Why We Have Vehicle Registration Numbers
Vehicle registration numbers serve as a vital means of identifying vehicles. These registration numbers are owned by the Secretary of State and are assigned during the vehicle registration and taxation process. It’s important to note that registration numbers can be withdrawn. The assigned registration number is linked to the vehicle itself rather than its registered keeper. This association remains intact until the vehicle is dismantled, destroyed, or permanently exported from the country. Alternatively, the registered keeper can transfer it to another vehicle or retain it for future use. See documents you need to protect.
Entitlement to a Vehicle Registration Number
The registered keeper of a vehicle is entitled to display the registration number, but this entitlement is limited. When a vehicle changes ownership, the entitlement to the vehicle’s registration number typically stays with the vehicle unless the registered keeper takes steps to transfer or retain the registration number before parting with the vehicle. Detailed information on how to transfer, retain, or purchase the right to display a vehicle registration number can be found at www.gov.uk/personalised-vehicle-registration-numbers. Check vehicles mot history.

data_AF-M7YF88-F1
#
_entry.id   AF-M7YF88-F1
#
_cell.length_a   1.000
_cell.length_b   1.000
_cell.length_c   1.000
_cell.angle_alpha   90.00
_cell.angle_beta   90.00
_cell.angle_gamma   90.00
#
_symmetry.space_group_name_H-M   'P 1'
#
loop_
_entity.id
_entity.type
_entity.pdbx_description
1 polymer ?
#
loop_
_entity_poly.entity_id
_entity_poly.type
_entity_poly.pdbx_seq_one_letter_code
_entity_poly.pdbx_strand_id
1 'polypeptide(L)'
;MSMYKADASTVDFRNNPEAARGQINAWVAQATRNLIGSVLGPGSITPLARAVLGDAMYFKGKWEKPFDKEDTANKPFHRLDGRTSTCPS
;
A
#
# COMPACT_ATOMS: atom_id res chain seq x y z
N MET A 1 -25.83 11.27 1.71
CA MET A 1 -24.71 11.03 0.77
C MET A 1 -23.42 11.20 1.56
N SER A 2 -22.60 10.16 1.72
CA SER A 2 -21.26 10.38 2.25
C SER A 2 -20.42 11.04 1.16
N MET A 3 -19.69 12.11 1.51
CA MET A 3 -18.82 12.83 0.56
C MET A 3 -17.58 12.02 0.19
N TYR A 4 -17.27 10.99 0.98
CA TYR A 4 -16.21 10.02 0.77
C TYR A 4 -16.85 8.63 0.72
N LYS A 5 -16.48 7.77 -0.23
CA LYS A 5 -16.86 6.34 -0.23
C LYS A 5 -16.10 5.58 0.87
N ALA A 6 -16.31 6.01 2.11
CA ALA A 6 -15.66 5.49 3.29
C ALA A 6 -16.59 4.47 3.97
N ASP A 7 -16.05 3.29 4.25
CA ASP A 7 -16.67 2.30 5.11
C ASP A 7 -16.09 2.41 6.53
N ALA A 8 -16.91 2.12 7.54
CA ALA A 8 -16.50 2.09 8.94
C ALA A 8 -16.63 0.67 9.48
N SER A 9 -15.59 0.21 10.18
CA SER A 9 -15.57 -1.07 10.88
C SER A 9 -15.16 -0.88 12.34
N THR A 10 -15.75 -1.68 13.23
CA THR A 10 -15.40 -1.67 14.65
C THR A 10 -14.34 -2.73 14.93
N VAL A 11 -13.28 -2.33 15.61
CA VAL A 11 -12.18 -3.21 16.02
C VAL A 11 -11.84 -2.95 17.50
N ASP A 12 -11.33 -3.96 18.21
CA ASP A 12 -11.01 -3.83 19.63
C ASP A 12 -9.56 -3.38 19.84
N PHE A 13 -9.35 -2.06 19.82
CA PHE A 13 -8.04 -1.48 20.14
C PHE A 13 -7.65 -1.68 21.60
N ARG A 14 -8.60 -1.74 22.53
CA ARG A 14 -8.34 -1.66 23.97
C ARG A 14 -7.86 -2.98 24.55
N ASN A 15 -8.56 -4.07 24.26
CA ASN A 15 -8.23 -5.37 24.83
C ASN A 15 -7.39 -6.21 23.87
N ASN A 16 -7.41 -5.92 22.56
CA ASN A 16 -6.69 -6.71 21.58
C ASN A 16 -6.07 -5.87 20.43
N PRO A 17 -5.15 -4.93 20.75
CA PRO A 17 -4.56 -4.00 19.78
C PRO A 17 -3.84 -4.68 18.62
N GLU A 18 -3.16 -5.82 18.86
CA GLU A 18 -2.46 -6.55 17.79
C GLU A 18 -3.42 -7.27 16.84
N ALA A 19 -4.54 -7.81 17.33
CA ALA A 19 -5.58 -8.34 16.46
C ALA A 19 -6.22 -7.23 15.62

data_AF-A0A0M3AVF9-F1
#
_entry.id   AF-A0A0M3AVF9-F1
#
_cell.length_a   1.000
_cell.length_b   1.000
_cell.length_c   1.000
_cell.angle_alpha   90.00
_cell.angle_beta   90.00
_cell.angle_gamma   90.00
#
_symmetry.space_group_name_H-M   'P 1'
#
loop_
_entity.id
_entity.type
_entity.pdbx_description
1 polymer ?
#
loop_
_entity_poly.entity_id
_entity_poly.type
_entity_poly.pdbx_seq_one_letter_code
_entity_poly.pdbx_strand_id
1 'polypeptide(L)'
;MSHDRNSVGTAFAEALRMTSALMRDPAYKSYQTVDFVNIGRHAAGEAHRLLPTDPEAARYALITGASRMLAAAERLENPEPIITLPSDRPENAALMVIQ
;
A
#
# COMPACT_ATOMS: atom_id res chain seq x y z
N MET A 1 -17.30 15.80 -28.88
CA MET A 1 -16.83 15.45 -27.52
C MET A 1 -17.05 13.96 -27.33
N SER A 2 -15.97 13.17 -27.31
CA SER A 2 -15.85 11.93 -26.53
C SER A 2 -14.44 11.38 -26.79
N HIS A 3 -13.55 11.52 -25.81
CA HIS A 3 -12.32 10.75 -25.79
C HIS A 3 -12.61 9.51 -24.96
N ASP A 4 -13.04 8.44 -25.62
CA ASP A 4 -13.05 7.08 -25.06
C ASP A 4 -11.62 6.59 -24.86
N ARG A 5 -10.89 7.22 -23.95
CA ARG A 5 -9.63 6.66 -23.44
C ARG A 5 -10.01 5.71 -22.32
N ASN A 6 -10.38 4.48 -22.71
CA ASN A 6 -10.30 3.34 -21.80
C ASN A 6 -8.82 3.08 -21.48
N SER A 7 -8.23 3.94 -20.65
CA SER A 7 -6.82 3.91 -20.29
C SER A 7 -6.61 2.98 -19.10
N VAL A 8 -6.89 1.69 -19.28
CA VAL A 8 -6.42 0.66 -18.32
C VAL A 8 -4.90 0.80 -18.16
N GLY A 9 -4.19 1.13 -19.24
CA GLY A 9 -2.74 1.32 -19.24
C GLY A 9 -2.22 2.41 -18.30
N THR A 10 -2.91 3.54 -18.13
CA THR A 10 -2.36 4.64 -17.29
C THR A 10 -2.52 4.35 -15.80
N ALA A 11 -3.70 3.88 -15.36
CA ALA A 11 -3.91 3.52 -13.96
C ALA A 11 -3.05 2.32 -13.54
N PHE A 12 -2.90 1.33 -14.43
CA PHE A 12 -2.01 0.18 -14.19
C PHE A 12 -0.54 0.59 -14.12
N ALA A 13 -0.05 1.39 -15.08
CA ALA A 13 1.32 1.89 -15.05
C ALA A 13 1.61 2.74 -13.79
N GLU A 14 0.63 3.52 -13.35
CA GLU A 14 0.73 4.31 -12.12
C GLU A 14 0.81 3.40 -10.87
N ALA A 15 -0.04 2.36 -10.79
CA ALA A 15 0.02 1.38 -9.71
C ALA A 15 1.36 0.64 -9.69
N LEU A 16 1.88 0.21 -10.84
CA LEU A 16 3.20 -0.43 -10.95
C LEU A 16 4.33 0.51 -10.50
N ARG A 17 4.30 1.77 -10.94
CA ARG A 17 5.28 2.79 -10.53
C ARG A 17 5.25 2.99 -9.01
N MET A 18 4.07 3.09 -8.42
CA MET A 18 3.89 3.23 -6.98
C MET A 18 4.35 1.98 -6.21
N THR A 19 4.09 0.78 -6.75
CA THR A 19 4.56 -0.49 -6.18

Format of Vehicle Registration Numbers
The current format for vehicle registration numbers was implemented on September 1, 2001, for all newly registered vehicles. This format consists of two letters, two numbers (indicating the vehicle’s age), a space, and three additional letters. The first two letters serve as the DVLA memory tag, the subsequent two numbers denote the vehicle’s age, and the final three letters are random.
For instance, BD may represent Birmingham, 51 signifies September 2001, and SMR comprises random letters. The age identifier changes biannually, specifically in March and September. It’s important to note that we cannot guarantee the issuance of any specific DVLA memory tag, including in cases of replacement registration numbers. A list of DVLA memory tags and age identifiers can be found on pages 5 and 6.
Displaying Vehicle Registration Numbers
Vehicle registration numbers must adhere to the guidelines outlined in the Road Vehicles (Display of Registration Marks) Regulations. These regulations dictate the design, manufacturing, and display standards for vehicle registration number plates. See car clocking issues.
Modifying, rearranging, or using numbers and letters to create names or words on a number plate, or in a manner that obstructs the registration number’s readability, is an offense. For instance, altering letters or numbers using fixing bolts is prohibited. Violators of these regulations may face fines of up to £1000. In certain cases, the registration number may be permanently revoked.
If you’ve misrepresented a vehicle registration number that you acquired or purchased the rights to under the Sale of Registration Marks Regulations, and that registration number is permanently withdrawn, you will not receive a refund for any payments made or any associated costs.